Sumo

Sumo 101: Chanko

by John Gunning

Contributing Writer

Sumo wrestlers don’t eat before training.

An average workout is so intense that attempting to do one on a full stomach inevitably leads to the person getting sick less than an hour in.

Instead, the first meal of the day for rikishi is the post-training chanko-nabe (one-pot dish).

While commonly assumed to refer to the stew eaten post-practice, chanko is just sumo jargon for food in general and can be used to describe anything a wrestler eats, including curry and rice or fast food.

Preparation for the first meal of the day begins before training finishes. While the top-ranked wrestlers are still in the ring, some of the lower rankers are in the kitchen chopping and slicing the various vegetables and meats that will go into the giant pot.

Chanko duty rotates in stables with a lot of wrestlers, but in many stables there is a veteran rikishi who is in charge of the cooking.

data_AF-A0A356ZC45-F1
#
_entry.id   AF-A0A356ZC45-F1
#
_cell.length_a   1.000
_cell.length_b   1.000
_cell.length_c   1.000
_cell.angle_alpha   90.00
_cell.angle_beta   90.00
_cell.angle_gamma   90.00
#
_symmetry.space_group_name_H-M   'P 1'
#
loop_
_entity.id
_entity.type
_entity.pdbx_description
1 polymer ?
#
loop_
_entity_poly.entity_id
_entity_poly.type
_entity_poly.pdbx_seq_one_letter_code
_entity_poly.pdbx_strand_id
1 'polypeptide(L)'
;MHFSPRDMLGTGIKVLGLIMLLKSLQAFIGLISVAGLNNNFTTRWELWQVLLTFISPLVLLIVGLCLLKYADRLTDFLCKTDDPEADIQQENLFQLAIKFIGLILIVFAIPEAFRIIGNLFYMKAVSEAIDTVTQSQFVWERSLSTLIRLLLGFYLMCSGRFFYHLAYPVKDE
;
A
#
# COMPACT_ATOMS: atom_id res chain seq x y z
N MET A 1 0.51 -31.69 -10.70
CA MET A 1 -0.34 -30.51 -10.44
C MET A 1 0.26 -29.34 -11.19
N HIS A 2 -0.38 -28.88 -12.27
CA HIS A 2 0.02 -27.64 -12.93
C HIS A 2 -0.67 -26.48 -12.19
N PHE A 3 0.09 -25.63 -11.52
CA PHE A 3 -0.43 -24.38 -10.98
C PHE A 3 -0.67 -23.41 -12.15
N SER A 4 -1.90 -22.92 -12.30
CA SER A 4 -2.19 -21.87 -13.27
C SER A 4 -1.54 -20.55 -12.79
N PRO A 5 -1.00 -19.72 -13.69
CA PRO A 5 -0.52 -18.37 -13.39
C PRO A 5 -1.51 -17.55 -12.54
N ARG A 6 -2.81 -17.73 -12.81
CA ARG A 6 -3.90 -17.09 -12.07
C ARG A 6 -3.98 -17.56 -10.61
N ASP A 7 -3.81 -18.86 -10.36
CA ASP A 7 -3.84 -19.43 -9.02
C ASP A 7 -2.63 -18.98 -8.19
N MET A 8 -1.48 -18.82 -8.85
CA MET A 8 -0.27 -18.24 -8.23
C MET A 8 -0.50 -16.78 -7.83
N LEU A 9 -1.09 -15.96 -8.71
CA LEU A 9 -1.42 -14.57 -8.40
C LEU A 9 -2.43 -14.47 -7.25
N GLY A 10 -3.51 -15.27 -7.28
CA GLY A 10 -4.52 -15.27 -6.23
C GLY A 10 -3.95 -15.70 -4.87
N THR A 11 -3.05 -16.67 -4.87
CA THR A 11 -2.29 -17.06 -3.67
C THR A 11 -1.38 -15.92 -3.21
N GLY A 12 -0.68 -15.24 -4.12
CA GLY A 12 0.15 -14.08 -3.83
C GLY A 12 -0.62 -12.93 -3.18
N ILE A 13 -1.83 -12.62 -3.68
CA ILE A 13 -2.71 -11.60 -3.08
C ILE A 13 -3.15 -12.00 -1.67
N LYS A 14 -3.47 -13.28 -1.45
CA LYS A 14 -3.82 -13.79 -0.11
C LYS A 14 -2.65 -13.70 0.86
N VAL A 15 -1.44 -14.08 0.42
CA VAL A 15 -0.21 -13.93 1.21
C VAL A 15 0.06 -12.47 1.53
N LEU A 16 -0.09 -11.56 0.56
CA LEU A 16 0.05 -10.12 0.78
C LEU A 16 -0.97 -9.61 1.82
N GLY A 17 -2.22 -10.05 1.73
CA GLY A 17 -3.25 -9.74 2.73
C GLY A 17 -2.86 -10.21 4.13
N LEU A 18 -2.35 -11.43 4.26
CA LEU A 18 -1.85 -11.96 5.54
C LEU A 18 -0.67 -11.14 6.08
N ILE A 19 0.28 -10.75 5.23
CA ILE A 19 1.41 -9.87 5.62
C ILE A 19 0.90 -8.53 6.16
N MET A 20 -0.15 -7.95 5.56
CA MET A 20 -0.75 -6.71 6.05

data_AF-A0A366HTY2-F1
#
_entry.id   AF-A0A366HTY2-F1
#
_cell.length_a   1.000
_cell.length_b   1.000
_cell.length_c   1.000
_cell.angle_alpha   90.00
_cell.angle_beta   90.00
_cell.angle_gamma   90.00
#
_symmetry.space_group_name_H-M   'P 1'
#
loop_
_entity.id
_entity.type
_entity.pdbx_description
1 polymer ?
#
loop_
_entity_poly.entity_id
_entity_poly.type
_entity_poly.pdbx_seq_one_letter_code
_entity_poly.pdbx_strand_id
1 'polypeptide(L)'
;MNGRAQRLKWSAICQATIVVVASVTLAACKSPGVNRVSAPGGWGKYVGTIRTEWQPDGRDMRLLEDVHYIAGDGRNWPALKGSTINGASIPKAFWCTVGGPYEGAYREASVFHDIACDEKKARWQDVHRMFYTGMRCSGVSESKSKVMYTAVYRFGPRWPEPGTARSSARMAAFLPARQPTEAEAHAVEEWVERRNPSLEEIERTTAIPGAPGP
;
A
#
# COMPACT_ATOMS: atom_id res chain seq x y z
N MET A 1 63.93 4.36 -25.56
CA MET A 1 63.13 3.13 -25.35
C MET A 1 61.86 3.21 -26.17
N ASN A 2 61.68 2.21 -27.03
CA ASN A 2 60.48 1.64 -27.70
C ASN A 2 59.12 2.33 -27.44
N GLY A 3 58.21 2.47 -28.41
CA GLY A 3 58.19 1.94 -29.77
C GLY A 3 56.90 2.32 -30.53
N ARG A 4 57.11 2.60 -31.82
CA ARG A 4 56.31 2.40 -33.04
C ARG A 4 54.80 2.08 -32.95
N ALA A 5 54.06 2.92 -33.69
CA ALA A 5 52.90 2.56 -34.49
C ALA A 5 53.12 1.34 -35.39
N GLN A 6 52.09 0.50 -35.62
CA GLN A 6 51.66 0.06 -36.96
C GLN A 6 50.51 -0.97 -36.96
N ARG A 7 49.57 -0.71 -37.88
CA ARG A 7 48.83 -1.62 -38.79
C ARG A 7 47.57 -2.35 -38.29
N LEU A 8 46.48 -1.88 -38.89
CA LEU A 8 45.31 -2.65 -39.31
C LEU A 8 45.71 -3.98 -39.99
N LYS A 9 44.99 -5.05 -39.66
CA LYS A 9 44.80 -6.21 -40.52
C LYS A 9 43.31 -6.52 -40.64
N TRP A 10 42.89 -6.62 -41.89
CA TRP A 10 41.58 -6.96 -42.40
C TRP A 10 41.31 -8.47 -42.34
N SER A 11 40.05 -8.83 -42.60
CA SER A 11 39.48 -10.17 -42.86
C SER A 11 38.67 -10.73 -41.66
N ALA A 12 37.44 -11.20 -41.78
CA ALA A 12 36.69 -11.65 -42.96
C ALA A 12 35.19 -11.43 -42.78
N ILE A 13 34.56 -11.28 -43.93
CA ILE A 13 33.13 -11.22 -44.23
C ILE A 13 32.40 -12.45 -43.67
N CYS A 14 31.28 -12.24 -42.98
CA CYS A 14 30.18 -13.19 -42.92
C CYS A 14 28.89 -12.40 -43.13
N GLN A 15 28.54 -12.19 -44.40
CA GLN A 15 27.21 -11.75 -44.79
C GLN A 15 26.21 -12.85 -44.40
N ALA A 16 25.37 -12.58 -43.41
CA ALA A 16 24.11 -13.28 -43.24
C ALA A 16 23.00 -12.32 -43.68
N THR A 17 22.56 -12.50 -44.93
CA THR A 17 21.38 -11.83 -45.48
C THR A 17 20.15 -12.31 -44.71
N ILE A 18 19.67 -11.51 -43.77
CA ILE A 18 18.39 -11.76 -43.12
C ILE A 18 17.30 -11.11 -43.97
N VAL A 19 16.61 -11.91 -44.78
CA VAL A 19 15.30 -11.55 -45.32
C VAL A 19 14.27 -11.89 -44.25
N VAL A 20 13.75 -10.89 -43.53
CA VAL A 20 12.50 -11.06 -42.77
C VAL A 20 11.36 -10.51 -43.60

Each stable has its own chanko recipes and of course no one wants to eat the same thing every day, so rikishi learn how to cook many variations of the stew as well as other dishes. These skills are often put to good use after retirement, and former wrestlers often find themselves working in restaurants or opening their own establishments.

Some chanko eateries go a step further and are housed in former stable buildings, allowing customers to eat sumo-style food while sitting around a genuine practice ring.

Many sumo wrestlers are superstitious, and as a result many prefer to have chicken rather than pork or beef in their chanko during tournaments.

The reason behind this is that chickens stand on two legs — just as a wrestler does while fighting — but animals with four legs resemble a rikishi who has been knocked or pulled to the ground.